Causes of seizures in the older dog

In general terms the cause of the seizure can usually be related to one of three general groups. First, unknown or idiopathic, second, reactive (due to a metabolic problem or possible ingested toxin), and third, structural (an active pathology or abnormality of the brain such as a tumor or inflammatory process).

Initially it is important to rule out a metabolic imbalance (low blood sugar, electrolyte changes, liver or kidney disease or deficiency of certain vitamins). In most cases a general blood panel will be sufficient for this determination. An ingestion of a toxin can be difficult to diagnose unless the caretaker witnesses their pet doing so. Animals that ingest a toxic substance are usually in a constant seizure state or extremely sensitive to noise or stimulation. Other diagnostic modalities such as radiographs, abdominal ultrasound, MRI’s or CT scans may be necessary to further elucidate the cause of the seizure. However, many of these animals fall into the extreme age category and it may not be prudent to proceed to advanced testing if the routine testing was negative for a cause. 

In any patient presenting for recent onset seizure activity it will be important during initial evaluation for the veterinarian to determine if there any signs of reactive or structural brain disease. The answer will help guide decision making regarding further diagnostics and treatment. In senior pets over seven years of age this question becomes increasingly important due to a higher prevalence of intracranial neoplasia within this population. It is important to remember, however, that an equally large portion of the older population can also have idiopathic or primary epilepsy.  In fact, studies have reported anywhere between 23-45% of cases of new onset seizures in senior dogs will be diagnosed with primary epilepsy. (Ghormley et al. 2015) Diagnostics therefore are important in these cases to determine the underlying cause and most appropriate treatment. Age may also affect the prevalence of co-morbidities (other diseases), and the degree to which clients are willing to pursue diagnostics, and treatment strategies.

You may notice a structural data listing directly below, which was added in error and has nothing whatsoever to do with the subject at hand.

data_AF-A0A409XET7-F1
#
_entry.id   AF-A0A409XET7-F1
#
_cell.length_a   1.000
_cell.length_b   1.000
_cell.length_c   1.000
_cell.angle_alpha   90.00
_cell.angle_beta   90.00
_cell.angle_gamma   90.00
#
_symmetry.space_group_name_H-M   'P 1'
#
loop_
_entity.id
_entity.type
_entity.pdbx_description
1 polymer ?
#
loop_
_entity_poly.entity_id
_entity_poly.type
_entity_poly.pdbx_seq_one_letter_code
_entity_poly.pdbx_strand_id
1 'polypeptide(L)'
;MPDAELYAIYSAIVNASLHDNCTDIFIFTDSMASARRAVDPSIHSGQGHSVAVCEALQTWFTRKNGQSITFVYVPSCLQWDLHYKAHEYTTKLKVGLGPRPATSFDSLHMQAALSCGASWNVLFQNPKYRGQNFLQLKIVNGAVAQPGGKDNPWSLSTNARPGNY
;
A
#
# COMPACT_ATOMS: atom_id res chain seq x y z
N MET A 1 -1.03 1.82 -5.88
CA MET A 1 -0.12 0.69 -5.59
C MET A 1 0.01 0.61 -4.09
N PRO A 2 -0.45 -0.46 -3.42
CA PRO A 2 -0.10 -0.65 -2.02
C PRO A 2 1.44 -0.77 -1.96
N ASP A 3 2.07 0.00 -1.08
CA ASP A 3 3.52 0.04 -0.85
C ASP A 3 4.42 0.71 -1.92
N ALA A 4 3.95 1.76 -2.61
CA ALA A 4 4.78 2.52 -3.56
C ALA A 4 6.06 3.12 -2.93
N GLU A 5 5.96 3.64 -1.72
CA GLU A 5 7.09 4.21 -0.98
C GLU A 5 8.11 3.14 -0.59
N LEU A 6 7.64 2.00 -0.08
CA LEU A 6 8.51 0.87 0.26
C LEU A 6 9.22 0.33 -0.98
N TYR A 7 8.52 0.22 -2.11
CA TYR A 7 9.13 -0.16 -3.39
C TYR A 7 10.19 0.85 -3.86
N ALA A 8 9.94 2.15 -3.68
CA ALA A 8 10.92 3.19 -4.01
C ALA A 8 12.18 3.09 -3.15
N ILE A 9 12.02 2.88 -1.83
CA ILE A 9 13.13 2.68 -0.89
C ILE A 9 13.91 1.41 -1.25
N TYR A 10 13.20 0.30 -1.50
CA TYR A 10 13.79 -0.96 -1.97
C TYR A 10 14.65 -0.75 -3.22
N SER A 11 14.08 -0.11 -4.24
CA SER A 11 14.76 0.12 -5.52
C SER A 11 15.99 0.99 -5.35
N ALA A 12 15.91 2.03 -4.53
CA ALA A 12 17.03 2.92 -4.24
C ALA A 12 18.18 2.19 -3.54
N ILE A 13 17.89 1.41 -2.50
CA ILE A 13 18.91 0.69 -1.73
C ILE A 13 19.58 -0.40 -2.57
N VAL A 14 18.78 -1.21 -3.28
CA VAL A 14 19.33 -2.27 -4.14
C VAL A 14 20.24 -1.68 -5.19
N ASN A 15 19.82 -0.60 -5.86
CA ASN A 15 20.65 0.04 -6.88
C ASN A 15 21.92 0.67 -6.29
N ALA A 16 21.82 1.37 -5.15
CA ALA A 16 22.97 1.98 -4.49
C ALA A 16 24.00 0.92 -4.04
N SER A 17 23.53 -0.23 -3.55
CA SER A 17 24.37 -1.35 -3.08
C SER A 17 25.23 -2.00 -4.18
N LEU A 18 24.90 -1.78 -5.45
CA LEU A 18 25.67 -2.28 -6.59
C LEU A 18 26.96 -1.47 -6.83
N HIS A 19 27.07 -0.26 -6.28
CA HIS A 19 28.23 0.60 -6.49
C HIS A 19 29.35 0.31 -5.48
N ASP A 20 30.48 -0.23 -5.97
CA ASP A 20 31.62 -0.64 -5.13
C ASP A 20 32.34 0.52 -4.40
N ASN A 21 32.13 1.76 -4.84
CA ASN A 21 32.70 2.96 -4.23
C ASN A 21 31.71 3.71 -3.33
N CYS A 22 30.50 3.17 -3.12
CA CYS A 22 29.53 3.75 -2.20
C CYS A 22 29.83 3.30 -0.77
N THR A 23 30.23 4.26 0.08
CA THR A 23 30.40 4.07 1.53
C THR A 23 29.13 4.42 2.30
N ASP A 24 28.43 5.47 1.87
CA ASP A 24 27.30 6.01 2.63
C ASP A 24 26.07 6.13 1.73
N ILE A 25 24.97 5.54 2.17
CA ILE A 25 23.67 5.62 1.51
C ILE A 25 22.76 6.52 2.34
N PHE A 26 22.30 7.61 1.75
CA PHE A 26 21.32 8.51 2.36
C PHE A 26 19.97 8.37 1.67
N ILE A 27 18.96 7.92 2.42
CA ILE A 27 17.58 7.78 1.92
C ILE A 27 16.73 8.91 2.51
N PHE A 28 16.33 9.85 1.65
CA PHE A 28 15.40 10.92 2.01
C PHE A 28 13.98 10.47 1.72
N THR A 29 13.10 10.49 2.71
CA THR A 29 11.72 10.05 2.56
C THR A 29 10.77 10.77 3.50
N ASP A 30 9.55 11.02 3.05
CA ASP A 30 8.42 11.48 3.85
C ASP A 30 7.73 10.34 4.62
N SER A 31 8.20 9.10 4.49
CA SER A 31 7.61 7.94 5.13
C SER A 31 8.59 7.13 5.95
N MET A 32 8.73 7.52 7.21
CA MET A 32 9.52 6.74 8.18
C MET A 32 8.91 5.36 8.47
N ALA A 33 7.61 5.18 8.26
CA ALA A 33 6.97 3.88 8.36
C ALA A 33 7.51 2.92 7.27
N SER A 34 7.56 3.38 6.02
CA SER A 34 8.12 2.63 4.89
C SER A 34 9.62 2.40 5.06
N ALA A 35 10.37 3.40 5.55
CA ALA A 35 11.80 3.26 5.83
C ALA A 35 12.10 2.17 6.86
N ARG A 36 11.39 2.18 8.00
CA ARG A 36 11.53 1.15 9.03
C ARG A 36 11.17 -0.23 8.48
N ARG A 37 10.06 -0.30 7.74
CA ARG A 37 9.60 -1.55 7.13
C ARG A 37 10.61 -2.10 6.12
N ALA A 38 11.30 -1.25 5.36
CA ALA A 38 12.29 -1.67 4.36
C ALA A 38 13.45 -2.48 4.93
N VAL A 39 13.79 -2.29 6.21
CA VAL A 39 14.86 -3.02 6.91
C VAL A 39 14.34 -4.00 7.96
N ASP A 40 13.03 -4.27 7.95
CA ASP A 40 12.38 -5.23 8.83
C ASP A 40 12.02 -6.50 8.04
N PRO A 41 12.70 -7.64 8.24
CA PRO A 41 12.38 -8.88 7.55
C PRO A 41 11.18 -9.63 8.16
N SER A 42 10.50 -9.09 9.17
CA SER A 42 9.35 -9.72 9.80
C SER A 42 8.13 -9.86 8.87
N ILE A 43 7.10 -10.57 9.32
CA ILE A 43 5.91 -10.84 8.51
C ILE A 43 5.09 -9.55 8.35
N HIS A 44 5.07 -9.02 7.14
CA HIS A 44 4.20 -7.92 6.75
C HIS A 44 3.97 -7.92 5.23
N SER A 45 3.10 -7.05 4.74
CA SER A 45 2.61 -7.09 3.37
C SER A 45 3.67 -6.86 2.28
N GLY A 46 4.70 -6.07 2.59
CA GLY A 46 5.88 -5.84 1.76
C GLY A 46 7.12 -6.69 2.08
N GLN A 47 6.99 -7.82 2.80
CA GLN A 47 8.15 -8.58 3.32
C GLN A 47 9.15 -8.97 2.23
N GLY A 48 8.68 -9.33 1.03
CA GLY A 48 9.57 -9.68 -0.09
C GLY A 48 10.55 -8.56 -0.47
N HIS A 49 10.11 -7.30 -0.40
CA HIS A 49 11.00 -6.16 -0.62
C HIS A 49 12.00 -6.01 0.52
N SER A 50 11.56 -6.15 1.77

Types of seizures

Grand Mal Seizures: 

This is the most common and the scariest seizure seen in dogs and cats. It was described earlier in this missive.

Focal Seizures: